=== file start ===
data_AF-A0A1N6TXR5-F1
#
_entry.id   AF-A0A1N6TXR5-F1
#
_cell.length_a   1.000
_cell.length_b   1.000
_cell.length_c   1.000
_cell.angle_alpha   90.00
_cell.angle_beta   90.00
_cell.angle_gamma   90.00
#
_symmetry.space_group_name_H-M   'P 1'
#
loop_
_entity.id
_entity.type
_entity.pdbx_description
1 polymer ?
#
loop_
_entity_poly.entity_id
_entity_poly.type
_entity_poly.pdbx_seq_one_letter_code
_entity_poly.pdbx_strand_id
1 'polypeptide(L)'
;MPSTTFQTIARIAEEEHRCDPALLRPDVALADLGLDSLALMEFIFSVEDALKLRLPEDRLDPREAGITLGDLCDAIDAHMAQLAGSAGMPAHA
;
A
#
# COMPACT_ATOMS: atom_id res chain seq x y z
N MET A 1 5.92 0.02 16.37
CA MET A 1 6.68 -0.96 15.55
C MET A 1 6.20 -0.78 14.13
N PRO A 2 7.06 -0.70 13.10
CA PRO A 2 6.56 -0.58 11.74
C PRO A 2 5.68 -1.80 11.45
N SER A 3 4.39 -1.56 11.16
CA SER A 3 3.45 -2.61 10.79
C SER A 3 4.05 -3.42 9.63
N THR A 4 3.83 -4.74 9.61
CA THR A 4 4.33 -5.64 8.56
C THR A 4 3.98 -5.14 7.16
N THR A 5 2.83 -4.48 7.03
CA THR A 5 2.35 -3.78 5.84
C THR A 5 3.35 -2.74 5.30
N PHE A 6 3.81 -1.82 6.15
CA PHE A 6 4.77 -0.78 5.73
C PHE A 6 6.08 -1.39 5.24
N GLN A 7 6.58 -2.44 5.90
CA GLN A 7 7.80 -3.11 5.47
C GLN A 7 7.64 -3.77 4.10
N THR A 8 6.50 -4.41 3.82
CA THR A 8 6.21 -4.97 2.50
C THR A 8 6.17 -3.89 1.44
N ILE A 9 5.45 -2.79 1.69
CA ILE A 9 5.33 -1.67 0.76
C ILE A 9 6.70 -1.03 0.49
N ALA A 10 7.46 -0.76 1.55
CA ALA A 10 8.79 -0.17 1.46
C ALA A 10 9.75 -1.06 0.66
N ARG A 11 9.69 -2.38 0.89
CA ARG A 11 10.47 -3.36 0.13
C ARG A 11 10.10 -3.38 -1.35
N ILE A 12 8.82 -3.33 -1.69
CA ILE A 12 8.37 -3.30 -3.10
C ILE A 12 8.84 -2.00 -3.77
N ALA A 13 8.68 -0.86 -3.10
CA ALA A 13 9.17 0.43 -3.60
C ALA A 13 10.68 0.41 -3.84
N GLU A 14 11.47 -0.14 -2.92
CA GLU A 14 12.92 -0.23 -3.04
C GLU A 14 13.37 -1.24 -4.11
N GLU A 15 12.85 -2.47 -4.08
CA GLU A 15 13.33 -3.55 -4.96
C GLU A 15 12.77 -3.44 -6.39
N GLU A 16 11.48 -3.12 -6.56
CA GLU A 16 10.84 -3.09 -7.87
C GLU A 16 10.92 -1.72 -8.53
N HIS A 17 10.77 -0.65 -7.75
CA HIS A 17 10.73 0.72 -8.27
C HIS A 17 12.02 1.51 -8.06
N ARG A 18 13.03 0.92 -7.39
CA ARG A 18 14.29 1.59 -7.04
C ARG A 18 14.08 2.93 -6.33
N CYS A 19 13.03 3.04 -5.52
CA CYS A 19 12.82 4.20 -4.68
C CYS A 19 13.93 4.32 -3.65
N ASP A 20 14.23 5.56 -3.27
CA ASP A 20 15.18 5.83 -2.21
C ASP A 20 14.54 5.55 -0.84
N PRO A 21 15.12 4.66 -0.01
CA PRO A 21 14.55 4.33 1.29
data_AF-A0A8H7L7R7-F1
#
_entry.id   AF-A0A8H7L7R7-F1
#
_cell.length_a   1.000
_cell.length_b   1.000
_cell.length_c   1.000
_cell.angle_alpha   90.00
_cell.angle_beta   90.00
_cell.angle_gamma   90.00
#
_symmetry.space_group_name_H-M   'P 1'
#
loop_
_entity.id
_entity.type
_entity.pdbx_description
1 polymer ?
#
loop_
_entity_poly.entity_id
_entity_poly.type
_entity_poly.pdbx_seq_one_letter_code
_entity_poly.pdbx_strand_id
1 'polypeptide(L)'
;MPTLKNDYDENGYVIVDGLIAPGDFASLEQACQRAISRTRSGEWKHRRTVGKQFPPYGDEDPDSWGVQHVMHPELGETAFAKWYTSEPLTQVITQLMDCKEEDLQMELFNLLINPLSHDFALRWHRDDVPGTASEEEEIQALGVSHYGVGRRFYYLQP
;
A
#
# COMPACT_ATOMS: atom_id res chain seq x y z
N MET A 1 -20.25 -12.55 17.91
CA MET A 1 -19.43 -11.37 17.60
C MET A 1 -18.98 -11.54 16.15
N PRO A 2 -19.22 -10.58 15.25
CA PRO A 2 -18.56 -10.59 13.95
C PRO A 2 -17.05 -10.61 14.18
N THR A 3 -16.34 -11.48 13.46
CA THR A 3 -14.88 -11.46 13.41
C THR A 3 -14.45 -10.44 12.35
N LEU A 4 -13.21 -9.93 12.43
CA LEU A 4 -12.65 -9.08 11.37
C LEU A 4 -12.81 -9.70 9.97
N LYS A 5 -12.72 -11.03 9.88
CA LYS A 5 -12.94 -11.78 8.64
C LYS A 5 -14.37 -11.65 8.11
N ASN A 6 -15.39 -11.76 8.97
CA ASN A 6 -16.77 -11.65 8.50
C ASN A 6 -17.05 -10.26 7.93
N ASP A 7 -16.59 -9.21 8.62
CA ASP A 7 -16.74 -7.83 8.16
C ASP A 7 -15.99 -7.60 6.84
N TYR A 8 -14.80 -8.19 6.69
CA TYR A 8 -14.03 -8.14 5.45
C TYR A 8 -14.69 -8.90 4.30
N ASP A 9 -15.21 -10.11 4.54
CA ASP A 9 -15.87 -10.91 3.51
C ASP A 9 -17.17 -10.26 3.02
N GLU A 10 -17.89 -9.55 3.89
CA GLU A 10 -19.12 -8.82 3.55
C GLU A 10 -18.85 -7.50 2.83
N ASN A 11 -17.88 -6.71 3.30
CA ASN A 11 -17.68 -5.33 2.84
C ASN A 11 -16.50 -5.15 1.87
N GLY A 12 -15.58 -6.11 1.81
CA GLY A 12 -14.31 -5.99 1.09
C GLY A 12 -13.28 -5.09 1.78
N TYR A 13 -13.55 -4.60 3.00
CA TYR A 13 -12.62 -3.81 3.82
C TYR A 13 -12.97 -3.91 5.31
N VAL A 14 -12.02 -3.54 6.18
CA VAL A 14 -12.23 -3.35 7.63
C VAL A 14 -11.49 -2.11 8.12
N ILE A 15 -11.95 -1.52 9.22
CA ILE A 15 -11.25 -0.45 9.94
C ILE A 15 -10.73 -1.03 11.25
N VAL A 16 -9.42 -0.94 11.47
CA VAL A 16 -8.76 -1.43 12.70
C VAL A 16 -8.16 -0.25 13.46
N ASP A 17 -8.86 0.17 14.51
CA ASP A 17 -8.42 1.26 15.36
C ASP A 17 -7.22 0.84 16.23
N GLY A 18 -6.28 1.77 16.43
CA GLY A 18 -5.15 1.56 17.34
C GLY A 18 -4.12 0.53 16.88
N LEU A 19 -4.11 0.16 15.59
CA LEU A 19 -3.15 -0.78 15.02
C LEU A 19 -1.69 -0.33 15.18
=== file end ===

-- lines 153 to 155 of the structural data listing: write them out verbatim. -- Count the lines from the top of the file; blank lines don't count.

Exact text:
N ASN A 11 -17.88 -6.71 3.30
CA ASN A 11 -17.68 -5.33 2.84
C ASN A 11 -16.50 -5.15 1.87